Utterly irrelevant picture of the Moffat Hills is published, other than to encourage people who've never been to the Moffat Hills to go and have a look, cos they is fab, like.

Saturday 12 September 2009

Pictures of Roman Cavalry Training

Today’s job was to help out, as a Countryside ranger-type volunteer at an opening event of the new parkland and facilities at Hardwick Hall just beside Sedgefield.
The day was called “The Romans at Hardwick” and had all kinds of jollities such as dressing a load of children up as Roman soldiers and drilling them till they got even scarier than they were before they drilled.
This involved a lot of shouting and forming tortoises and learning military commands in Latin. All good fun
There was also a roman potter making roman pots, a roman weaver and a roman herbalist. And a hog roast, a tea van, some Romans camped in ultra-light tarp-type fashion (see, its not that new!) – and, best of all, a display by some Roman cavalry who did some archery, chucking sharp things at other things, attacking some infantry with blunt lances and javelins and big darts – and doing stuff that police horses do.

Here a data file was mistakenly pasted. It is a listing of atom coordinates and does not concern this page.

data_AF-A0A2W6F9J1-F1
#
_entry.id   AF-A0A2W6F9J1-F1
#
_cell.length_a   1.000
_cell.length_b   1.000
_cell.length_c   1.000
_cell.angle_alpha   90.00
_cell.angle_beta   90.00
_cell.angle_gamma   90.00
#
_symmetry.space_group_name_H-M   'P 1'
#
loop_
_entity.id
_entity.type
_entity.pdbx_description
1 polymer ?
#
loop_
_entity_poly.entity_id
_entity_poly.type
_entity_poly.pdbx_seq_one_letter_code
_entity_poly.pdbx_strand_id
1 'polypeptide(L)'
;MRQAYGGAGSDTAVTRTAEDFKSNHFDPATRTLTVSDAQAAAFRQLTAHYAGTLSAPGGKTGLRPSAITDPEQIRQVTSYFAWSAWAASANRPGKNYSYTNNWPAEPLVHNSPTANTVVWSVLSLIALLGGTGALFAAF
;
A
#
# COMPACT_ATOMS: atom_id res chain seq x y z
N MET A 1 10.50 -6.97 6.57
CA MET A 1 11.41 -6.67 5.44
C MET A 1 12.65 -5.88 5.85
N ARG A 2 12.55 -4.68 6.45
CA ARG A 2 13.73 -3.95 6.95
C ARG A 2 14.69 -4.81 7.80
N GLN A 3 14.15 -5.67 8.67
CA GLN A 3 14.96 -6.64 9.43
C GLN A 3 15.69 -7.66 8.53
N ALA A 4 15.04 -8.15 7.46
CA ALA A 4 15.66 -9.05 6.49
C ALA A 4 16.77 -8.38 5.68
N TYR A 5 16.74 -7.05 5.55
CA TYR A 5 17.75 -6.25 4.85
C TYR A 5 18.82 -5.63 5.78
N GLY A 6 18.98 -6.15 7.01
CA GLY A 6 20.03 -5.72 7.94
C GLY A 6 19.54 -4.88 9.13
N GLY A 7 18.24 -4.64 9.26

My job for most of the day was to avoid al of this and wear a high-vis jacket whilst explaining to drivers why they couldn’t get through a certain gate (it was locked) – and giving them directions. Only one was a bit miffed. Another complained that he couldn’t get into the hotel because all the wedding guests had blocked the way..? eh, wha?
I did manage to watch a cavalry demo, though, and have a little walk around the park grounds, which, I must say, are rather fine.
The park belongs to Durham County Council (this is where some of your rates go girls and bots) and its very popular with the locals, but not very well known outside the area. Which is a pity, cos it’s grand.
The next event there which I’m due to help at is on Halloween. Should be a laugh.

Friday 11 September 2009

North Pennines Night Walking

And now for something completely different…. A man with a doorbell up his nose.

Actually, nothing to do with nasal doorbells – as winter draws on and the nights are getting longer, there comes a time when all good walks either start or end in the dark.
Theres also always the possibility that due to some misfortune, it will go dark in the middle of a walk.